“The message [conveyed] to the public opinion from the extension of the Vienna talks is that the sides have the will to reach a comprehensive and final agreement. We decided to achieve an agreement for the sake of defending our nation's nuclear rights.
            “But this definitely does not mean that we would change our positions in the next four months.”
          July 20, 2014, according to the press  

Iran’s Nuclear Chess: Calculating America’s Moves

           A new monograph "Iran's Nuclear Chess: Calculating America's Moves" by Robert Litwak, vice president for scholars and director of international security studies at the Wilson Center, addresses the nuclear negotiations between the world's six major powers and Iran and the implications for U.S. policy toward the Islamic Republic. The following is an interview with Litwak  and the executive summary of the publication.


Executive Summary
            In Iran, the nuclear issue is a surrogate for the more fundamental debate over the country’s future relationship with the outside world—whether, in former President Hashemi Rafsanjani’s words, the Islamic Republic is a “revolutionary state” or an “ordinary country.” The embedded, proxy status of the nuclear question within this broader political context is a key determinant of whether nuclear diplomacy can prove successful.
            In America, Iran’s nuclear challenge—concern that a weapons program is masquerading as a civilian program—has also been a proxy for a more fundamental debate about the threat posed by “rogue states” in the post-9/11 era. The Obama administration dropped the Bush-era “rogue” moniker in favor of “outlier.” This shift reframed the Iranian nuclear issue—from a unilateral, American political concept, in which threat is linked to the character of “rogue” regimes, to a focus on Iranian behavior that contravenes international norms. Yet the tension between the competing objectives of regime change and behavior change continues to roil the U.S. policy debate.
            President Hassan Rouhani, a pragmatic centrist, campaigned on a platform of resolving the nuclear issue to end the country’s isolation and the punishing international sanctions that have weakened the economy. While acquiescing to Rouhani’s revitalized nuclear diplomacy in the wake of his June 2013 electoral mandate, the Supreme Leader, Ayatollah Khamenei, remains the final arbiter of any prospective agreement. His decision, based on a strategic calculus that has regime stability as its paramount objective, will hinge on how he manages the unresolved tension in Iran’s competing identities—revolutionary state/ordinary country. In short, Khamenei’s dilemma is whether the political costs of an agreement—alienating hardline interest groups, especially the Revolutionary Guard, upon which the regime’s survival depends—outweigh its economic benefits.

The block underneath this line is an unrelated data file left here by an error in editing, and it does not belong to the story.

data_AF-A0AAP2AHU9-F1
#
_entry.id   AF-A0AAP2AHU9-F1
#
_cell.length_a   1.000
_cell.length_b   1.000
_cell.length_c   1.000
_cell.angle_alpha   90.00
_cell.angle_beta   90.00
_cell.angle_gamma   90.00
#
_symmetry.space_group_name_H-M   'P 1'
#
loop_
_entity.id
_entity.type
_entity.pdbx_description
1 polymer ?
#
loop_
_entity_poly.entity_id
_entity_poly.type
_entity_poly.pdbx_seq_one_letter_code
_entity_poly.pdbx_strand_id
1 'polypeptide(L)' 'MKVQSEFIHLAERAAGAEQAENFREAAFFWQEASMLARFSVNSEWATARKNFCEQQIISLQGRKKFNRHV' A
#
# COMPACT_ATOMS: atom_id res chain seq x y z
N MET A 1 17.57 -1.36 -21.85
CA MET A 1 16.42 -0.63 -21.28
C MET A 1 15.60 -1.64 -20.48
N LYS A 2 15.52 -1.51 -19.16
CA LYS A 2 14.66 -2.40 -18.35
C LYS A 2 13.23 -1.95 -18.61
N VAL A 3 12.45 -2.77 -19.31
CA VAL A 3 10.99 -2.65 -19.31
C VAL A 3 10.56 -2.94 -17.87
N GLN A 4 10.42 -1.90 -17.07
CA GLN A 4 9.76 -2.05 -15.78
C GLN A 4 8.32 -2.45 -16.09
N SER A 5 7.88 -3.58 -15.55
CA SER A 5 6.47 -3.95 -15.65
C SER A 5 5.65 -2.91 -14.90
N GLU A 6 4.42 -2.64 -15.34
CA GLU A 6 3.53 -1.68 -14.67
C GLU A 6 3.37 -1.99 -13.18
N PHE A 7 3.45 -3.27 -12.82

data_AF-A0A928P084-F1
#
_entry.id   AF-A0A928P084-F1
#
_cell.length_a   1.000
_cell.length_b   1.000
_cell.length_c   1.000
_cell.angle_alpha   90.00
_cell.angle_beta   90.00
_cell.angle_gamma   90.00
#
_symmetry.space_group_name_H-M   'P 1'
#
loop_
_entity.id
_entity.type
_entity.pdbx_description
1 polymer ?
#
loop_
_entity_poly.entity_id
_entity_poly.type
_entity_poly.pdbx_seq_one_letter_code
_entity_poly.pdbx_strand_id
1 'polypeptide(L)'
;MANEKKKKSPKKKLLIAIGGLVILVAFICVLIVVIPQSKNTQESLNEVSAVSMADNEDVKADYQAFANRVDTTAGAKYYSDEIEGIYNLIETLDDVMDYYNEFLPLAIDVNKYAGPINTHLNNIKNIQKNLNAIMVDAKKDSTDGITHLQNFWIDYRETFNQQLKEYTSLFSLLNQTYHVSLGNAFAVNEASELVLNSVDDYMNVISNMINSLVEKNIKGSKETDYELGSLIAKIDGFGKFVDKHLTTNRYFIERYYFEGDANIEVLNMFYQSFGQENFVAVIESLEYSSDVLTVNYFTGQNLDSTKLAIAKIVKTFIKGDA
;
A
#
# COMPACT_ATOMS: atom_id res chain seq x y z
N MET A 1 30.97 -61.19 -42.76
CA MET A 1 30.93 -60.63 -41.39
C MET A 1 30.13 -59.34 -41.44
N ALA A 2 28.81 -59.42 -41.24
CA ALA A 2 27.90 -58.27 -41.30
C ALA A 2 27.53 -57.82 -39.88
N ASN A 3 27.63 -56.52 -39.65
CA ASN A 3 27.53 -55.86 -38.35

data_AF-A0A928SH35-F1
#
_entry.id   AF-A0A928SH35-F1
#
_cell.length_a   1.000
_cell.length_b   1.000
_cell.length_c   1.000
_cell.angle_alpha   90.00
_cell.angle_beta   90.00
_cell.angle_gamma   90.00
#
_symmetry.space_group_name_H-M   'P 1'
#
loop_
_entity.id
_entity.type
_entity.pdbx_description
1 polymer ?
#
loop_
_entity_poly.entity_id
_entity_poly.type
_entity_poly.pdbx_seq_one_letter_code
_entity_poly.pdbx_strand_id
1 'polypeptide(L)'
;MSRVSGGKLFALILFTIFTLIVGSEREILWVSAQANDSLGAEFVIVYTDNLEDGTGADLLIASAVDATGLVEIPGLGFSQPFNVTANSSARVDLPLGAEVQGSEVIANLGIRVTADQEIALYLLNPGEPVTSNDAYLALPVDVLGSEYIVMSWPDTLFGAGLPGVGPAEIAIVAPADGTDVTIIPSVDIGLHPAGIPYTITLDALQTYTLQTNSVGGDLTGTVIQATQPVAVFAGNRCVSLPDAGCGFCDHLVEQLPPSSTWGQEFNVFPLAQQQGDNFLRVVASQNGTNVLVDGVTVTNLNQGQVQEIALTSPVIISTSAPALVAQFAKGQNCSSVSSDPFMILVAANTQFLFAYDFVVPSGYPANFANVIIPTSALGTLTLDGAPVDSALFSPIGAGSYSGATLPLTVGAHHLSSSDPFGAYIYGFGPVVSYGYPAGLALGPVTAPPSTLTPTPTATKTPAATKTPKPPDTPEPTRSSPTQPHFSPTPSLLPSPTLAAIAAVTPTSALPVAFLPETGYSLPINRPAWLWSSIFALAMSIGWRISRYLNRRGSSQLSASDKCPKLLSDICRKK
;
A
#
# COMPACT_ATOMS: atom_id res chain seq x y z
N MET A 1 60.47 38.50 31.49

The dilemma of the Iranian nuclear challenge is that Iran has mastered uranium enrichment: centrifuges that spin to produce low-enriched uranium (LEU) for nuclear power reactors can keep spinning to yield highly enriched uranium (HEU) for bombs. Since nuclear diplomacy with Iran is focused on bounding, not eliminating, Iran’s uranium enrichment program, the regime will retain the option—a hedge—for a nuclear weapon. A U.S. prerequisite for any comprehensive nuclear agreement is that this “breakout” period for converting a latent capability into a weapon should be long enough (12-18 months is frequently cited) for the United States to have sufficient strategic warning to mobilize an international response.
            Iran’s nuclear program is determined and incremental, but is not a crash program to acquire a weapon in the face of an existential threat. From a national security perspective, a nuclear hedge is Iran’s strategic sweet spot—maintaining the potential for a nuclear option, while avoiding the regional and international costs of actual weaponization. A hedge strategy that keeps the nuclear option open is not incompatible with a nuclear agreement that would bring the tangible benefits of sanctions relief.
            President Obama has argued that “the pressure of crippling sanctions…grinding the Iranian economy to a halt” presents the Tehran regime with the opportunity to make a “strategic calculation” to defer a decision to weaponize. Sanctions brought Iran to the negotiating table and will crucially affect the Supreme Leader’s decision to accept or reject terms for a comprehensive agreement that meaningfully bounds Iran’s nuclear infrastructure. Such an accord would be transformative because of the nuclear issue’s proxy status in Iranian politics—and for that reason Khamenei may balk.
            A breakdown in diplomacy will not inherently push Iran into a nuclear breakout. Iran has no immediate national security imperative to acquire nuclear weapons. President Obama has declared that the U.S. objective is “to prevent Iran from obtaining a nuclear weapon.” By drawing this red line—preventing weaponization—the president has signaled that the United States would not undertake preventive military action to deny Iran any nuclear hedge option.